In a situation some members of the Kings County Board of Supervisors called “uncomfortable,” the board voted to increase salary compensation for themselves and future board members.
At the board’s meeting Tuesday morning, members discussed a number of salary increase options presented to them by County Administrative Officer Larry Spikes and voted in favor of a nearly $1,000 a month salary increase.
Adjustments to the salaries of the board members have been relatively few and far between over the last three decades. Spikes said salaries have been modified in 1991, 2001, 2005, 2007, 2008 and 2014.
Spikes said in August 2016, the board gave county staff direction to hold off on discussing salaries until a salary study was completed.
A salary study was completed in the spring that gathered information from several local counties and other counties with similar demographics to Kings County.
Spikes said board members currently have a base annual salary of $64,009 ($5,334 a month).
Based on the survey, Spikes told the board one option for them was setting the base salary for a board member at $76,092 a year ($6,341 a month), with an additional $777 per month for the chairman of the board. This number was the median of salaries from the other counties in the survey.
Spikes also said some Valley counties base their board member salaries as a percentage of Superior Court judge salaries, which was another option for them. A third option was establishing a citizen’s committee for board compensation.
Dave Robinson, Kings County Sheriff, came forward and told council he’s in support of the salary increase to the median number so that everyone in the county would be on par. He also said he would support setting up a committee in the future to make sure the board never falls behind the rest of the county.
Supervisor Richard Valle said, historically, board members have not been comfortable with voting for their own salary increases and called it a “no-win situation.”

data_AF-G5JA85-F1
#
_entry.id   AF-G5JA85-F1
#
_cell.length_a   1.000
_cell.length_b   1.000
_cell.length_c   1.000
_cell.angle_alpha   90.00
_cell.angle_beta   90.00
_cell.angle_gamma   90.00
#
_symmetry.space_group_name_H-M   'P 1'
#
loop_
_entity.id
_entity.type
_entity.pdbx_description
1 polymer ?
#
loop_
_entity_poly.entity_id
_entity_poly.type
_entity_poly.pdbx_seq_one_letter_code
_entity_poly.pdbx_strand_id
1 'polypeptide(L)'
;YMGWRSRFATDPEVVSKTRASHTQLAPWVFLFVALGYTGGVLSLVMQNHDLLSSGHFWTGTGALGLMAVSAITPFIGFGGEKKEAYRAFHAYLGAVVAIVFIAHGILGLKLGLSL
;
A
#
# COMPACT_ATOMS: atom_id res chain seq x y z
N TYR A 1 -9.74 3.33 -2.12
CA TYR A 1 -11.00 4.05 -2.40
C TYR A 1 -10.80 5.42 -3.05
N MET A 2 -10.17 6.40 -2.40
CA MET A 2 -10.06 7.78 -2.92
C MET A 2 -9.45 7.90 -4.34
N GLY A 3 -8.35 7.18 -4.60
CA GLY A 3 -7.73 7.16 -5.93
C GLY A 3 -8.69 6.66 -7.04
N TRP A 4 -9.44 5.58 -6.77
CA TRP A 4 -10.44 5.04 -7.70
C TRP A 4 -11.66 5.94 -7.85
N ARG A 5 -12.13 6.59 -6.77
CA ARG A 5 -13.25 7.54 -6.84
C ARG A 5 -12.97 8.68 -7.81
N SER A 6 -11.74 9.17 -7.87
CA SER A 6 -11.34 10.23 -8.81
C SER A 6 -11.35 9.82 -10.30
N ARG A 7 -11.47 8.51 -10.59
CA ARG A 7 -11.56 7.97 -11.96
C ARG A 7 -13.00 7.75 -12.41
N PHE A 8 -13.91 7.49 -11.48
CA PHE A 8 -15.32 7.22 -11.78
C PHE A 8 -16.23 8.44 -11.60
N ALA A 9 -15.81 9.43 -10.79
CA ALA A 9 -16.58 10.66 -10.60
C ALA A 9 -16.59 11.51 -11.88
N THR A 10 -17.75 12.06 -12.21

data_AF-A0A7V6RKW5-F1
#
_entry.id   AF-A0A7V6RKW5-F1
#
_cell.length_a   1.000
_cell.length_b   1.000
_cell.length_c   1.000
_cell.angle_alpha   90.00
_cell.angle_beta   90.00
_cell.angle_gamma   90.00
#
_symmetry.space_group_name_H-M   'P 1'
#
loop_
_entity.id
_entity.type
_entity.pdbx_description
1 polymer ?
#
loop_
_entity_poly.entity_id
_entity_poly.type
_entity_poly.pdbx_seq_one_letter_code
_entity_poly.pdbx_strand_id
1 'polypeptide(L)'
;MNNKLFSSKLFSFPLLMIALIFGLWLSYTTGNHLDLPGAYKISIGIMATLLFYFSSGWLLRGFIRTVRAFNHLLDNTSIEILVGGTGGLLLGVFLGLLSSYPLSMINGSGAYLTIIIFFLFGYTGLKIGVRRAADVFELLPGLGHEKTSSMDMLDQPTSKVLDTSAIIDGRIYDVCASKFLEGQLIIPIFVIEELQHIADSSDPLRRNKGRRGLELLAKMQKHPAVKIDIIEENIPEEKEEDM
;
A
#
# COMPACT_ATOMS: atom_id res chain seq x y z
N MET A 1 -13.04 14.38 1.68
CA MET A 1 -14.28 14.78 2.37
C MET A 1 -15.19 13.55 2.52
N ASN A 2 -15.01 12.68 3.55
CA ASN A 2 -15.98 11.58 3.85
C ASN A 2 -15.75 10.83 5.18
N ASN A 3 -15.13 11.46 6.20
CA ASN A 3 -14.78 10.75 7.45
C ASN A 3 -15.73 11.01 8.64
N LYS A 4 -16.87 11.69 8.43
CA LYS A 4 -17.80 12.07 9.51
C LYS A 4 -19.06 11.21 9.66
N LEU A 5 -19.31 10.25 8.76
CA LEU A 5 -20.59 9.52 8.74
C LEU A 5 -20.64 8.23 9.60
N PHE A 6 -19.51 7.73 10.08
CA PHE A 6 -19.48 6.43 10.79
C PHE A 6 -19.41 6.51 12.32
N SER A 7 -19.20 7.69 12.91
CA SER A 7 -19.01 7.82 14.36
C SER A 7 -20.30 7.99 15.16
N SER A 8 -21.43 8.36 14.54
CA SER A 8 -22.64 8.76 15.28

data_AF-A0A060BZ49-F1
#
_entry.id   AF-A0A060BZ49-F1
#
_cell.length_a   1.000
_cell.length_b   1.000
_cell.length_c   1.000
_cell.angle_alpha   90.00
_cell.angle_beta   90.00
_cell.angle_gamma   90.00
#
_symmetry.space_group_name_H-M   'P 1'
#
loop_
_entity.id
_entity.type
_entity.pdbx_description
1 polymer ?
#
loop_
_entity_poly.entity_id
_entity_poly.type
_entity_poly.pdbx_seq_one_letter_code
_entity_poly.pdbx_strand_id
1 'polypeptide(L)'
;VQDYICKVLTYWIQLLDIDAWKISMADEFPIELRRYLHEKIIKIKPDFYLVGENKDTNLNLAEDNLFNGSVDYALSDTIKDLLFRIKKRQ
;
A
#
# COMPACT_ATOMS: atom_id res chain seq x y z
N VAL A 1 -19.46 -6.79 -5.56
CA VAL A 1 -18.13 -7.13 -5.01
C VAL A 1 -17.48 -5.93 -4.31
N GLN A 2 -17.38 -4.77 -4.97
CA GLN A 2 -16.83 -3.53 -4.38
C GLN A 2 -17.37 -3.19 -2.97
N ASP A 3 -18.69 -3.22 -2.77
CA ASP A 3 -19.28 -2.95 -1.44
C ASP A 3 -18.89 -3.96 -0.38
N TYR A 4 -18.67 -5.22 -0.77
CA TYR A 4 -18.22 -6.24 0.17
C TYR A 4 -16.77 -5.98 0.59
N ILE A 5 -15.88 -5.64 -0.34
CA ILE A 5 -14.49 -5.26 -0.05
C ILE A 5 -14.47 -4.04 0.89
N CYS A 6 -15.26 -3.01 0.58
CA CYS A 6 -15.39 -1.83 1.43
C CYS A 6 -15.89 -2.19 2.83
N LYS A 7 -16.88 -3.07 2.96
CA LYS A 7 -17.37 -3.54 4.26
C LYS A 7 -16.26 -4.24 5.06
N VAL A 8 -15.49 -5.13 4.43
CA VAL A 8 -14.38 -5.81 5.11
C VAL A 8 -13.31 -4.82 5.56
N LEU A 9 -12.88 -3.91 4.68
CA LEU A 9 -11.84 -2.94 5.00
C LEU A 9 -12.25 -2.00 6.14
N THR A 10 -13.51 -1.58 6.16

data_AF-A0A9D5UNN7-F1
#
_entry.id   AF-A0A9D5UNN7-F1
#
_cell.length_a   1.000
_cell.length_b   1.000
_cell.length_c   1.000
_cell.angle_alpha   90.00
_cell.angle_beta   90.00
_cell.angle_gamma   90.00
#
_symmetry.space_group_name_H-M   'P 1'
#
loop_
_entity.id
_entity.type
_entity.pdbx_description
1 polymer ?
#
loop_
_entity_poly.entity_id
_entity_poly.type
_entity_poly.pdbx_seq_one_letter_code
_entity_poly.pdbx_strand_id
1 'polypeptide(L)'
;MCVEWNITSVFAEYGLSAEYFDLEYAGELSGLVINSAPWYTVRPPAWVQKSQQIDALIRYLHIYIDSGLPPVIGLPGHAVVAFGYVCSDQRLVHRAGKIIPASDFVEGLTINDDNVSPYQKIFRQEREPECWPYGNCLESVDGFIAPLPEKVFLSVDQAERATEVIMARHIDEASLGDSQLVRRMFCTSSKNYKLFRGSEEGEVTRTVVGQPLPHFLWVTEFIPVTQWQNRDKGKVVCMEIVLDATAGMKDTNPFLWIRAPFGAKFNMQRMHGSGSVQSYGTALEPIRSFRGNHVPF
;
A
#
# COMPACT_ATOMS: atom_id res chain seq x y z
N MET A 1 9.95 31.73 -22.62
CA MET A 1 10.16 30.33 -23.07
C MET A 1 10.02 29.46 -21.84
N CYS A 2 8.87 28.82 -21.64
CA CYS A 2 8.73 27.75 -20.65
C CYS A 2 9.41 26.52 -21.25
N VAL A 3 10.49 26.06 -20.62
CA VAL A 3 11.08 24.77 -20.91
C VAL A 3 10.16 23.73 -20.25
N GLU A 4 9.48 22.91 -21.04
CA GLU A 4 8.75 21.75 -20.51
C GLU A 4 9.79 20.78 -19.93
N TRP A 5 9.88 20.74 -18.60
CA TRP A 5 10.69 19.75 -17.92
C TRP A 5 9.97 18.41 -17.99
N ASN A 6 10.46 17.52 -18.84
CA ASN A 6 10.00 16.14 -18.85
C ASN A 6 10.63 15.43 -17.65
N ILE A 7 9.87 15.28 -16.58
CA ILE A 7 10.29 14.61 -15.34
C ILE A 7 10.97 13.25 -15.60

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Valle said being a supervisor is a full time job, and he supported starting a committee or tying it to the Superior Court judges in order to take the salary responsibility off the hands of the supervisors themselves.
“As much as I clearly support the board’s effort with an increase in salary, what stops me from hitting the green button on this ordinance is that it is uncomfortable,” Valle said. “It is very uncomfortable to do that, so I’m glad that we have these options here.”
Chairman Craig Pedersen echoed Valle’s thoughts about the uncomfortable situation and said he was in favor of a committee or basing their salaries on a percentage of Superior Court judges, as well.
Supervisor Doug Verboon said while the situation is uncomfortable, he thinks it’s important for the board to stay consistent with other county employees. He said it wasn’t fair to staff or future board members to hold back based on personal feelings.
“If you don’t stay consistent, then one day you’re behind and then you make a motion to get caught up and you look like you’re giving yourself a big ol’ raise,” Verboon said.
Verboon made a motion for the board salaries to increase to the median amount suggested in the salary survey, with the stipulation that it not become effective until the first pay period in July of 2018, when the 2018-2019 fiscal year begins.
The vote narrowly passed 3-2, with Supervisors Verboon, Pedersen and Joe Neves in favor and Supervisors Valle and Richard Fagundes not in favor.
Voting in favor of this ordinance does not mean board members have to take the salary increase; Verboon said board members can opt out of a salary increase, if they so choose.
“We can go into [the finance department] and say ‘leave my salary as is,’” Verboon told Valle. “That’s what I did last time.”
The salary compensation increase will cost the county approximately an additional $60,000 a year.